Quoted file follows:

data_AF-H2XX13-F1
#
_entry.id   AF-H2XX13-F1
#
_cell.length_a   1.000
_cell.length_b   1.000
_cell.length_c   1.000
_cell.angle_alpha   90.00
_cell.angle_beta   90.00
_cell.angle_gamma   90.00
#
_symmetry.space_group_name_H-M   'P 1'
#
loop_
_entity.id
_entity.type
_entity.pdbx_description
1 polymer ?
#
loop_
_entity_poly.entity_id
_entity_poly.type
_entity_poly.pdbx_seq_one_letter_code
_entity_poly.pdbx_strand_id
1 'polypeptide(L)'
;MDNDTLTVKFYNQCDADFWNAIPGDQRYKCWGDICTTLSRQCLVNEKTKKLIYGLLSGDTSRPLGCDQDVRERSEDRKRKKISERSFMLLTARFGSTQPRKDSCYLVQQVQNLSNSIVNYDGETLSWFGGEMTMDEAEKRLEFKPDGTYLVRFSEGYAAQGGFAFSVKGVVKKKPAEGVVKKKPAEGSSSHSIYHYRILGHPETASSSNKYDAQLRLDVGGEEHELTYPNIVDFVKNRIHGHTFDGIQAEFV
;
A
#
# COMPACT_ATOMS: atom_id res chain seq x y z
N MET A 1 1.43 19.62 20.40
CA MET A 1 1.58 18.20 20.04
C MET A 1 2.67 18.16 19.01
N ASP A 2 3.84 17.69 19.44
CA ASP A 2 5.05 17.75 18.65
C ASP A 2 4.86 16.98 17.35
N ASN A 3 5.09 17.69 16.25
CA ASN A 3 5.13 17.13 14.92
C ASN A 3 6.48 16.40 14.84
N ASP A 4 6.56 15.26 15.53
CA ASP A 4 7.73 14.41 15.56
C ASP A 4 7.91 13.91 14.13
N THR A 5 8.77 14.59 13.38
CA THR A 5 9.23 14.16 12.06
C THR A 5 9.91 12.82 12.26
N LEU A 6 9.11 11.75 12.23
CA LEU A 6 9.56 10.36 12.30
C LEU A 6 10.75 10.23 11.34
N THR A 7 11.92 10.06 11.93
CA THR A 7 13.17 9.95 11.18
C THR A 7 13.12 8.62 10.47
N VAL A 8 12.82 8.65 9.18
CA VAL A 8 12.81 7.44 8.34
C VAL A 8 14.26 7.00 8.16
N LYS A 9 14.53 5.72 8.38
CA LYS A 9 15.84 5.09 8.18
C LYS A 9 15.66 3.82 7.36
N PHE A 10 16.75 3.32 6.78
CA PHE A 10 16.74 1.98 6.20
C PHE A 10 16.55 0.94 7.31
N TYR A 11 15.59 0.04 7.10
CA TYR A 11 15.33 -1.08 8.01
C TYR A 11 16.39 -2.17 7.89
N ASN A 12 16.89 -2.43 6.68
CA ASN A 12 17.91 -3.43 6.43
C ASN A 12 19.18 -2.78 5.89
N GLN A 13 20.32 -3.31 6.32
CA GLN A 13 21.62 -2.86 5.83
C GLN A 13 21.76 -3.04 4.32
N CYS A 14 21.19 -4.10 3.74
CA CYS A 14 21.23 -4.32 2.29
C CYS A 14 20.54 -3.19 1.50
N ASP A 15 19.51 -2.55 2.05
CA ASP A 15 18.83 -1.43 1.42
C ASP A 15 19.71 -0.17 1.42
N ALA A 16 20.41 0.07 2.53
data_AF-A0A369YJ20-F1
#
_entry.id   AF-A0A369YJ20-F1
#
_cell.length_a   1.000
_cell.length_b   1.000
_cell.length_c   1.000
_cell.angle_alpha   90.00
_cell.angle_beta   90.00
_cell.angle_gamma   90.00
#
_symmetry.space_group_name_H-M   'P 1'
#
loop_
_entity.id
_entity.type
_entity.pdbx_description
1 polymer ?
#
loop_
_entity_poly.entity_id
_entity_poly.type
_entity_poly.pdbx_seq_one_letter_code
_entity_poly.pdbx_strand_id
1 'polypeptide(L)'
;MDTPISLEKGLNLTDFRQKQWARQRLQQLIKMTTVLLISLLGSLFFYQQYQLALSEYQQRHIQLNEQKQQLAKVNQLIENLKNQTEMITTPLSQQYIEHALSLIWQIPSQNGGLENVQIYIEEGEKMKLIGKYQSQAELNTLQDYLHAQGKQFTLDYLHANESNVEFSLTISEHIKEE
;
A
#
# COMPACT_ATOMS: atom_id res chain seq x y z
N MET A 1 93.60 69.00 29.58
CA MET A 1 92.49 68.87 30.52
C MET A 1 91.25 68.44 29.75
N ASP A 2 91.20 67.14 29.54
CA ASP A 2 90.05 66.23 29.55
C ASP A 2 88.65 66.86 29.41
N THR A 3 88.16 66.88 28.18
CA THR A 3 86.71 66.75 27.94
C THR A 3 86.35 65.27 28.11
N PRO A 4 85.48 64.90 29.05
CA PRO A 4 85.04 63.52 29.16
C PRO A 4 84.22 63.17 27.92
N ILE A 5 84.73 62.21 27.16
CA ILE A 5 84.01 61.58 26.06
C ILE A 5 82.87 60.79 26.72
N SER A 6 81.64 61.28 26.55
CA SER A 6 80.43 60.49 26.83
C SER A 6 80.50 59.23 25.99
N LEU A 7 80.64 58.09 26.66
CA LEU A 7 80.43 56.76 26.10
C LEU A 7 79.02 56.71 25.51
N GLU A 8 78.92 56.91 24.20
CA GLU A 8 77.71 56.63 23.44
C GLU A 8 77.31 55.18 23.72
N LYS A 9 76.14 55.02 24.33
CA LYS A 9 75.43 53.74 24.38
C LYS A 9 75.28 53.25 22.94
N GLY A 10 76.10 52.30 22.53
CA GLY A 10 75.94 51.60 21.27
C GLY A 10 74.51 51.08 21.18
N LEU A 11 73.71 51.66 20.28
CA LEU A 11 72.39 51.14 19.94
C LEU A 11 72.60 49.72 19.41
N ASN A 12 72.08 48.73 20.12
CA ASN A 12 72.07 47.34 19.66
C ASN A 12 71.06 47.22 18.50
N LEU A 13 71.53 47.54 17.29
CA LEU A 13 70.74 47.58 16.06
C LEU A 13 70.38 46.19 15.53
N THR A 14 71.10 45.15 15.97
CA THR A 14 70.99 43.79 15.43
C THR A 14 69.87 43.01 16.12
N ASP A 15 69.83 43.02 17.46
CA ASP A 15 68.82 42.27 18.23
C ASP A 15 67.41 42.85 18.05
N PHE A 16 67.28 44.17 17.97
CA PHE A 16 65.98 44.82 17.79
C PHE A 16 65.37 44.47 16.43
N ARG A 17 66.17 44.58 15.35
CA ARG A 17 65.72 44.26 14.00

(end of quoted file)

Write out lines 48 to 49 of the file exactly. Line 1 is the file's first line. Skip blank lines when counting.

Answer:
C LEU A 6 10.75 10.23 11.34
N THR A 7 11.92 10.06 11.93